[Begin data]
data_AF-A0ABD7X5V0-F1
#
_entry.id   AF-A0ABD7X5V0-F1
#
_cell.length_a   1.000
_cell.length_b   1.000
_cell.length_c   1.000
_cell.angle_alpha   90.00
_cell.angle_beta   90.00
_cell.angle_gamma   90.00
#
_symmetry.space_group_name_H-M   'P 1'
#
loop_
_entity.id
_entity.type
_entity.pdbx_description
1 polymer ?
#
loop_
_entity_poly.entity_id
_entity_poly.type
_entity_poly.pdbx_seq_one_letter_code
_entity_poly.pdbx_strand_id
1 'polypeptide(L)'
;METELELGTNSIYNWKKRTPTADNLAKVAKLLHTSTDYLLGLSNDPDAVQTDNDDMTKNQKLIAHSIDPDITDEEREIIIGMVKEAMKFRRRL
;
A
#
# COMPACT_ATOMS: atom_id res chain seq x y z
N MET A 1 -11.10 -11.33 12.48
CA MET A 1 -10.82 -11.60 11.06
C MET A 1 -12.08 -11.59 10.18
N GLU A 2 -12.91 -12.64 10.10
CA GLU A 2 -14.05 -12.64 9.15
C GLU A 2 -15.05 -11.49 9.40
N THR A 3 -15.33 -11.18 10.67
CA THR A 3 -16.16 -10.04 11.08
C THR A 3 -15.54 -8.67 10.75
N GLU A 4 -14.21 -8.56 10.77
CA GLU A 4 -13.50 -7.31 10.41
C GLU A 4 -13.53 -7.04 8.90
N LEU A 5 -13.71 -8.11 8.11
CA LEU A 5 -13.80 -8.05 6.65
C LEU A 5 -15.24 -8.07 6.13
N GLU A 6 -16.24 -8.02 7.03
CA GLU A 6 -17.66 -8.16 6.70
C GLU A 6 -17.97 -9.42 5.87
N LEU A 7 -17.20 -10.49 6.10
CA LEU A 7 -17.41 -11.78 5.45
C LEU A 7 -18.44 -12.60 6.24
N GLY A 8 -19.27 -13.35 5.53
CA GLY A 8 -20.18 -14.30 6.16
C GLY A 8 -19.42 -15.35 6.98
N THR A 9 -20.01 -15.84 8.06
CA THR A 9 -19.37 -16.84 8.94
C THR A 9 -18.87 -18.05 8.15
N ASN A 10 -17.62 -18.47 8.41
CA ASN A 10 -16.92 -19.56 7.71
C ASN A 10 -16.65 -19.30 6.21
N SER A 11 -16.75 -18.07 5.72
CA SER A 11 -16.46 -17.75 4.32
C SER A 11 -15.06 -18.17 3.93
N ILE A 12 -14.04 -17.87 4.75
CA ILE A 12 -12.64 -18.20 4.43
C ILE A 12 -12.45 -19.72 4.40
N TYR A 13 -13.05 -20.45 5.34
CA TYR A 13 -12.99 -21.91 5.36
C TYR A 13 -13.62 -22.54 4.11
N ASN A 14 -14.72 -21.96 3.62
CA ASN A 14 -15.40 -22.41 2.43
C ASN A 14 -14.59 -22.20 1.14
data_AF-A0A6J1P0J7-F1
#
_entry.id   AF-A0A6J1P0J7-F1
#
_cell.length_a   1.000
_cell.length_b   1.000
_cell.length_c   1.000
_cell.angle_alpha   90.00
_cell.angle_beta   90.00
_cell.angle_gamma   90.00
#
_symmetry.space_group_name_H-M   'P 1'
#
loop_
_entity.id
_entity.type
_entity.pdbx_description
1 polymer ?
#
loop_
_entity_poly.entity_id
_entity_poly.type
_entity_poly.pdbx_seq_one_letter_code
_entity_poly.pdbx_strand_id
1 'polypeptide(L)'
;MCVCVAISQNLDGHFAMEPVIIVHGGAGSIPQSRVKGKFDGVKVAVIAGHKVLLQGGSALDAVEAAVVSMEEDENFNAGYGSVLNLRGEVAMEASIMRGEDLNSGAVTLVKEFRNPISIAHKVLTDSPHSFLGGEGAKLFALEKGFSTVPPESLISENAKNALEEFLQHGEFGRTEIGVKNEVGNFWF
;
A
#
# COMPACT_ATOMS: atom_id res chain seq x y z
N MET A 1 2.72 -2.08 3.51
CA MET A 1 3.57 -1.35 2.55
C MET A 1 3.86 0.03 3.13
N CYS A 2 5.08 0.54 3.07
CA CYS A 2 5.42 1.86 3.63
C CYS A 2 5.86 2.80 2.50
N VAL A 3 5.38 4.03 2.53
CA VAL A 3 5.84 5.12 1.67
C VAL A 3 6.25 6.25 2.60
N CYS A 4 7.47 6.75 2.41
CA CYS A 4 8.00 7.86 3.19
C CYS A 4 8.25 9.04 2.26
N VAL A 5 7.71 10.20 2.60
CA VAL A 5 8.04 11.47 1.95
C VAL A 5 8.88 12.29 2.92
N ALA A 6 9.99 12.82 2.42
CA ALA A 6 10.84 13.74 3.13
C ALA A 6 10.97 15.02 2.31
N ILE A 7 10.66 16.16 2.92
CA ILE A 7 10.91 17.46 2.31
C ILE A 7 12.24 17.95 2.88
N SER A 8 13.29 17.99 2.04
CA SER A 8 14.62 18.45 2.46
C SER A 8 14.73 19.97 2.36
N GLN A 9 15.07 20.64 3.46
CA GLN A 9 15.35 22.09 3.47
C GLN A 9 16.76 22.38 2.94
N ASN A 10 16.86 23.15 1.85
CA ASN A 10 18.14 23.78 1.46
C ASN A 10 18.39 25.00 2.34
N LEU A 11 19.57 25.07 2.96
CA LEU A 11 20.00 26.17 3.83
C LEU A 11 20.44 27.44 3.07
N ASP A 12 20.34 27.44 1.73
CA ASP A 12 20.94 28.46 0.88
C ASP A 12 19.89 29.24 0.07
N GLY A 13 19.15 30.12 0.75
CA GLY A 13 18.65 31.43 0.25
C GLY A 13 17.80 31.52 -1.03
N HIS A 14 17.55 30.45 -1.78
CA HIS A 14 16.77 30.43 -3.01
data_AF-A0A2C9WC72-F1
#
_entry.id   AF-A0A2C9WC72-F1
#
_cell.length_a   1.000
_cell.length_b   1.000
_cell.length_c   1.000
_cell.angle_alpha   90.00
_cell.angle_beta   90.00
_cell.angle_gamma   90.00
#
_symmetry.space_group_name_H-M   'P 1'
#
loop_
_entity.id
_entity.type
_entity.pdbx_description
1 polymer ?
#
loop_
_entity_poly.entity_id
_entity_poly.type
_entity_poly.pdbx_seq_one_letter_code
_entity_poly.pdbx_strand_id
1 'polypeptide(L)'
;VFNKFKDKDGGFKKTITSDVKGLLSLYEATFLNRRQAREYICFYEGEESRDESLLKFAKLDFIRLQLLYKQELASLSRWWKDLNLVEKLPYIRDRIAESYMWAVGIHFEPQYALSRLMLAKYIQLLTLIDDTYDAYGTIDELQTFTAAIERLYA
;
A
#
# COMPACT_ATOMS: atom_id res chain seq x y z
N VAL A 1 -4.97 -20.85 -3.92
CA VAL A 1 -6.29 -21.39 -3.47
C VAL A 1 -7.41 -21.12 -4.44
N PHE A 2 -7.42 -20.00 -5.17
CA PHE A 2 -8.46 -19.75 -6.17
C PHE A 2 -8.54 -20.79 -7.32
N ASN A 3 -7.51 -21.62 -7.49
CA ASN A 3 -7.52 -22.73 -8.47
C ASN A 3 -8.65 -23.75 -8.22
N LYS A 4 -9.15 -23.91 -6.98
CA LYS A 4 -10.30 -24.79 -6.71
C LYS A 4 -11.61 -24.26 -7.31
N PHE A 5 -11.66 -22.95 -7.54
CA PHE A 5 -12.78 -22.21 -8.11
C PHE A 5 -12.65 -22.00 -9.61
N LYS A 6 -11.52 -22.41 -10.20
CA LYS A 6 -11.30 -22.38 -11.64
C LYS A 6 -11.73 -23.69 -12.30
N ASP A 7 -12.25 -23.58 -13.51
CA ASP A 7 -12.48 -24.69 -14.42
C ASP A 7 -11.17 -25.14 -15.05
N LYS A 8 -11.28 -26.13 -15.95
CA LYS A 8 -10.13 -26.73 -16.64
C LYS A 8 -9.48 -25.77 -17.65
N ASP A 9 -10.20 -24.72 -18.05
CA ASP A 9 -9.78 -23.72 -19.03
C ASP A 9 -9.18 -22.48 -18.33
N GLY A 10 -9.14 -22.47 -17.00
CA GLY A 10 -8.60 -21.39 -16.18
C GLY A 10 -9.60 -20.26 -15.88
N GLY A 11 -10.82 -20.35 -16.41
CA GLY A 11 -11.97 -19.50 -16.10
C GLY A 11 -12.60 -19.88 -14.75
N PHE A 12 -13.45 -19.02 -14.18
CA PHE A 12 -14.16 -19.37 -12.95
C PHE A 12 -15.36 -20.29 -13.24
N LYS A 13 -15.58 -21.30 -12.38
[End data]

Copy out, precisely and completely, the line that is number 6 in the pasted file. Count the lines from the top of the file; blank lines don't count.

_cell.length_b   1.000